Have you ever noticed your curls seem to be shedding more than usual? Shedding is when your curls naturally fall out from the root. When your curls shed, they are at the end of their lifecycle. However, shedding is not the same as breakage. Shedding is a result of internal issues. When you notice a curl that has shed, it often still has the white root bulb attached to the end.
There are a few things that can cause increased shedding:
Diet: In order for healthy curls to grow, they need the right nutrients. If you have a poor diet, your curls are most likely not getting what they need. If your diet is lacking in protein, vitamins, minerals like iron, vitamins D and B you might notice increased shedding. Having a diet high in alcohol consumption can also lead to shedding.
Hormones: Your curl growth is influenced by hormone levels. Think back to puberty or pregnancy: your curls most likely grew faster and more thickly than at other times in your life. Some curlies even notice a change in their hair textures when they go through hormonal changes. Imbalances or changes in hormone levels can lead to shedding. You might notice an increase in shedding during your menstrual cycle, during menopause, or when you've started a new birth control pill.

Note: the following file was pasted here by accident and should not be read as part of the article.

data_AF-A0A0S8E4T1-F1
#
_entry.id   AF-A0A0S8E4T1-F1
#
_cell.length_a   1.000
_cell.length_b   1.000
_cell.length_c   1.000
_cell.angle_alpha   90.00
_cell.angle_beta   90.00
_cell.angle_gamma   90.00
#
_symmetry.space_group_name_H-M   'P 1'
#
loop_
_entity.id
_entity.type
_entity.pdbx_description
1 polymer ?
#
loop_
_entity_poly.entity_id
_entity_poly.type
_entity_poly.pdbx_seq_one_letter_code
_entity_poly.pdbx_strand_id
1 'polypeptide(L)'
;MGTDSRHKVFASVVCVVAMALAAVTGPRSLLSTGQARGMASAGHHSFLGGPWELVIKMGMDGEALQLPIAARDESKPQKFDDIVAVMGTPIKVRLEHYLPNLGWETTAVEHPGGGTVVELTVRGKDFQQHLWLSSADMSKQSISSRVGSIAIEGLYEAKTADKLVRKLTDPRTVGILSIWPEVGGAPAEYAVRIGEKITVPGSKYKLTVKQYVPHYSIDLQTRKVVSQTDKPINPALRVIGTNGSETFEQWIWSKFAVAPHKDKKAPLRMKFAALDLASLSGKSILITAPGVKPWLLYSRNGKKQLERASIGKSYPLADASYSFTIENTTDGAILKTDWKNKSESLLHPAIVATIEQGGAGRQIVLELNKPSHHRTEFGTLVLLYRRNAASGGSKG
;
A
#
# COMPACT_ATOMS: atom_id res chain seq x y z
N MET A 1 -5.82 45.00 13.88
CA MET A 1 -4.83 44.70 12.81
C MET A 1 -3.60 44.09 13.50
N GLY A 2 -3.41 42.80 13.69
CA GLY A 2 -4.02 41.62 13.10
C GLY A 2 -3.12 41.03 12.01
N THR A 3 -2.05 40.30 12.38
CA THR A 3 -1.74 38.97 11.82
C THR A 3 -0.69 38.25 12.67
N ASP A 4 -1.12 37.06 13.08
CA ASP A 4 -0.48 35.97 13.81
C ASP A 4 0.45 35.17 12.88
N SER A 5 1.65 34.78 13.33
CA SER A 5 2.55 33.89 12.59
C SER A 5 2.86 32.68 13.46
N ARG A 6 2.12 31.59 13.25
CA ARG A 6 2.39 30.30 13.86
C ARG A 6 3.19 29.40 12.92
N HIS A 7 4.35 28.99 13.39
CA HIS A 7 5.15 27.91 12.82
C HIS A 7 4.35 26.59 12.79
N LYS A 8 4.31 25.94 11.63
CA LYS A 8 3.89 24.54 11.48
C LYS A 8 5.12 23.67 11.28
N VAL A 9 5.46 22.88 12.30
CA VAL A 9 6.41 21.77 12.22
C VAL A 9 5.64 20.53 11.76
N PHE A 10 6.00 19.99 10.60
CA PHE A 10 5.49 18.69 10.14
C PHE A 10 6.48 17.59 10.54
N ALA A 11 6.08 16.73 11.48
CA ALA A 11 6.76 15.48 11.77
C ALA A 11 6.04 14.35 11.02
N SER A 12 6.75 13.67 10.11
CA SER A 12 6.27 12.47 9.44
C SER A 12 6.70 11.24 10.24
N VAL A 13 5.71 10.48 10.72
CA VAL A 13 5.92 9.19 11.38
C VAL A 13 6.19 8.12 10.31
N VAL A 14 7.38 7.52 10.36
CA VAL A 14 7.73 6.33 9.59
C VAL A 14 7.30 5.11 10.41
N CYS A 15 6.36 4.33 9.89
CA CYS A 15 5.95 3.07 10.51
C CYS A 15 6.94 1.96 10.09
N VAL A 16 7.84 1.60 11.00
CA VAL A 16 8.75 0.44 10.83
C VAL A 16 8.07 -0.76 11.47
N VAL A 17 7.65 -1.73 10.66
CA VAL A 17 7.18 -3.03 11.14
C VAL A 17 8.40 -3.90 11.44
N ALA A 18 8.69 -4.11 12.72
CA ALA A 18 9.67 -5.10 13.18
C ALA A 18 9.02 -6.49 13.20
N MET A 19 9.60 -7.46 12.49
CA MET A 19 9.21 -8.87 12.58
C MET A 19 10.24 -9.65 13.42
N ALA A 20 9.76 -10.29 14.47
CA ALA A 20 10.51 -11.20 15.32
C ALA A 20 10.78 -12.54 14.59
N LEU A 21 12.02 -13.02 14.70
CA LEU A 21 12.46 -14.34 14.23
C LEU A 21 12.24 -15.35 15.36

Stress: If you're under extreme physical or emotional stress, you might notice extra shedding. This can take place days, weeks or even months after the stressful event.
Styling methods: Overstyling your curls can lead to excessive shedding. Many curlies notice hair loss around their edges from pulling too tightly. When detangling, work from the ends back to the roots without pulling or yanking.
Seasonal: There has been some research surrounding the topic of seasonal shedding. Some curlies notice they tend to loose more curls during the fall and spring seasons. This shedding can last a few days or up to several weeks.